Brick Level backup for backup and restore of individual emails.

As far as I know. NTBackup doesn't do out of the box brick level backups without using the additional utility called ExMerge, which while easy to use is not the sort of thing I would want to be playing around with every day when running backups.

The Exchange Plugin will allow you to backup and restore down to individual emails through the GUI giving you the ability to "restore an email or mailbox". whereas NTBackup does the whole info store in one go.

Meaning that if an individual email or mailbox was required from a backup, the entire Info store would have to be restored using the Recovery Storage Group. (Rindi, correct me if I'm off the mark here please).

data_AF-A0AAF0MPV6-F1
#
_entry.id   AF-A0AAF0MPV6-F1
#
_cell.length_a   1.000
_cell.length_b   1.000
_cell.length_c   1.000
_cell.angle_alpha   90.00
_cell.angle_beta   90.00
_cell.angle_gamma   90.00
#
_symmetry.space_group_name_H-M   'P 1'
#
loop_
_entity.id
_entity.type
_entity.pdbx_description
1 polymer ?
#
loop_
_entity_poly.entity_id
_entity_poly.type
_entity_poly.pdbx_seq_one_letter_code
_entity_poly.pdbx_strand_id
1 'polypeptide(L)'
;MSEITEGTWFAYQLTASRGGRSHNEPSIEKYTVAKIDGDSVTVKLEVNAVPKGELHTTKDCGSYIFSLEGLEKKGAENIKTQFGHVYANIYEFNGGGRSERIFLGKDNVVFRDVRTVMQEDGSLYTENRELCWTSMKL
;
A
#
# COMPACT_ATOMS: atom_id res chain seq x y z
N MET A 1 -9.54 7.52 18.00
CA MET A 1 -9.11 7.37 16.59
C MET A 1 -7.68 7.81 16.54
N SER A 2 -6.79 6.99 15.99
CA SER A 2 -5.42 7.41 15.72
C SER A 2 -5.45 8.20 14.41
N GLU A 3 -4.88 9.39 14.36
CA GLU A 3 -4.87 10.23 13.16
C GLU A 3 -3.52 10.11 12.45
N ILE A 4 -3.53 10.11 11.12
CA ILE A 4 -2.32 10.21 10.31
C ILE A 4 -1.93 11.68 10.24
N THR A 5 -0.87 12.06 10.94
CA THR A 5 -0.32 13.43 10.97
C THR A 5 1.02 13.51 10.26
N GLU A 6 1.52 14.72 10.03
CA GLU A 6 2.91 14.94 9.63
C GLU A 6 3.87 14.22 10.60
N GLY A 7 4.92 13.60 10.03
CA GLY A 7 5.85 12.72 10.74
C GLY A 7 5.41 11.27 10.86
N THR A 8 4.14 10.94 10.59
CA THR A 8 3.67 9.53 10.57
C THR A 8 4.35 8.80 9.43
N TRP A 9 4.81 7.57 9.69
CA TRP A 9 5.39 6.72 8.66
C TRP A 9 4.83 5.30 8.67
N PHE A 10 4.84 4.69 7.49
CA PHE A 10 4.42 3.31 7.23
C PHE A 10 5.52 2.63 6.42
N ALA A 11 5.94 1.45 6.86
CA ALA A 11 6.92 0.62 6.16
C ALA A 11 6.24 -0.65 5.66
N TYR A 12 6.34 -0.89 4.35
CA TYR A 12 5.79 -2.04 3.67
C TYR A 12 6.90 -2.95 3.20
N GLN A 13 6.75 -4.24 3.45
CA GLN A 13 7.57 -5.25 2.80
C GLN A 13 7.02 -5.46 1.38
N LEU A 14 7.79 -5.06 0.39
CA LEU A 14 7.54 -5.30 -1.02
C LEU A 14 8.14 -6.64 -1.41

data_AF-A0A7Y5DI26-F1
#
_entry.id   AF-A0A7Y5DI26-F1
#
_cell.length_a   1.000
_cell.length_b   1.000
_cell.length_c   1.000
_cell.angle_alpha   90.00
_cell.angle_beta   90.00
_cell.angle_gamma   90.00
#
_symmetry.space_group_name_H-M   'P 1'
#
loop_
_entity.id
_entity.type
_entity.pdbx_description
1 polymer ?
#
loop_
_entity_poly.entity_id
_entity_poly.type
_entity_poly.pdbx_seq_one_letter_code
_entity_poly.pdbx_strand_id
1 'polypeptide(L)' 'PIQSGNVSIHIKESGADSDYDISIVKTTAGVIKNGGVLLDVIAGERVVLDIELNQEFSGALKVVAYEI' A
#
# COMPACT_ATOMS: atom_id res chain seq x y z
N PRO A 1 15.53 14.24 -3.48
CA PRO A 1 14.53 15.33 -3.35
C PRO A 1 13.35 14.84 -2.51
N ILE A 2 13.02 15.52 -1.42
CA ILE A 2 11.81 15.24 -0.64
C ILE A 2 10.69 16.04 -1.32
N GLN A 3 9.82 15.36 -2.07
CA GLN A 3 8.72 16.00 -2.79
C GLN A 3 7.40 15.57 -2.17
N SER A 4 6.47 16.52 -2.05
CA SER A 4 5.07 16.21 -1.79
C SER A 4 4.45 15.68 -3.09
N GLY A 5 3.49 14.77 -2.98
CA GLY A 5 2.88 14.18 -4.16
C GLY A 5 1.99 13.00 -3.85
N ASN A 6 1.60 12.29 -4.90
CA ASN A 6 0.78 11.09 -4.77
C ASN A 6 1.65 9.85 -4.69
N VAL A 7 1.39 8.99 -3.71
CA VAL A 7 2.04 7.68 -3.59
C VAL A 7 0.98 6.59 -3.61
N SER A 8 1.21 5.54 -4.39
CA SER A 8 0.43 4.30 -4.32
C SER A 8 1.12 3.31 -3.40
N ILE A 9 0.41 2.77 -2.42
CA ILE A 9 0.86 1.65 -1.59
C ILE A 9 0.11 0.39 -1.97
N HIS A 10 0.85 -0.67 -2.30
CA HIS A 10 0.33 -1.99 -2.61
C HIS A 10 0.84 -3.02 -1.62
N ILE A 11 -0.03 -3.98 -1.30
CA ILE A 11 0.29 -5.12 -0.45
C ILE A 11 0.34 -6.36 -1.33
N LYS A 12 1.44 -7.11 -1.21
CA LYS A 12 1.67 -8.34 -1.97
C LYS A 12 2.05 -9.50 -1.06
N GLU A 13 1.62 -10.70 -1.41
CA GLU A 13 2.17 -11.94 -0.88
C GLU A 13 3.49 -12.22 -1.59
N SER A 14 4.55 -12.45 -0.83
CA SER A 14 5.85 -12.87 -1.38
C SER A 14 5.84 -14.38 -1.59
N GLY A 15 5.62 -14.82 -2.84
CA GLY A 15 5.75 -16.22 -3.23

For this, and the fact that it plugs straight into BUE means it is a one click backup rather than having to do a two stage NTBackup -> BUE process.

It also means that confirming your backups have worked is as easy as clicking on an email that you know to be deleted and restoring it.
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Expert Comment

by:rindi
ID: 22714726
It isn't a good idea to do brick level backups. It slows the backup a lot and it just adds issues. As far as I know Symantec has removed brick level backups anyway from it's newest versions, because it never really worked well. You can also restore single objects from a restored information store.
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Author Comment

by:jglass03
ID: 22715196
and besides, my original post said *ONLINE* backup, not "brick and mortar.. and who the heck ever does a brick and mortar backup these days???.. sheesh, madcowz,. you still haven't completly read the narrative!!!!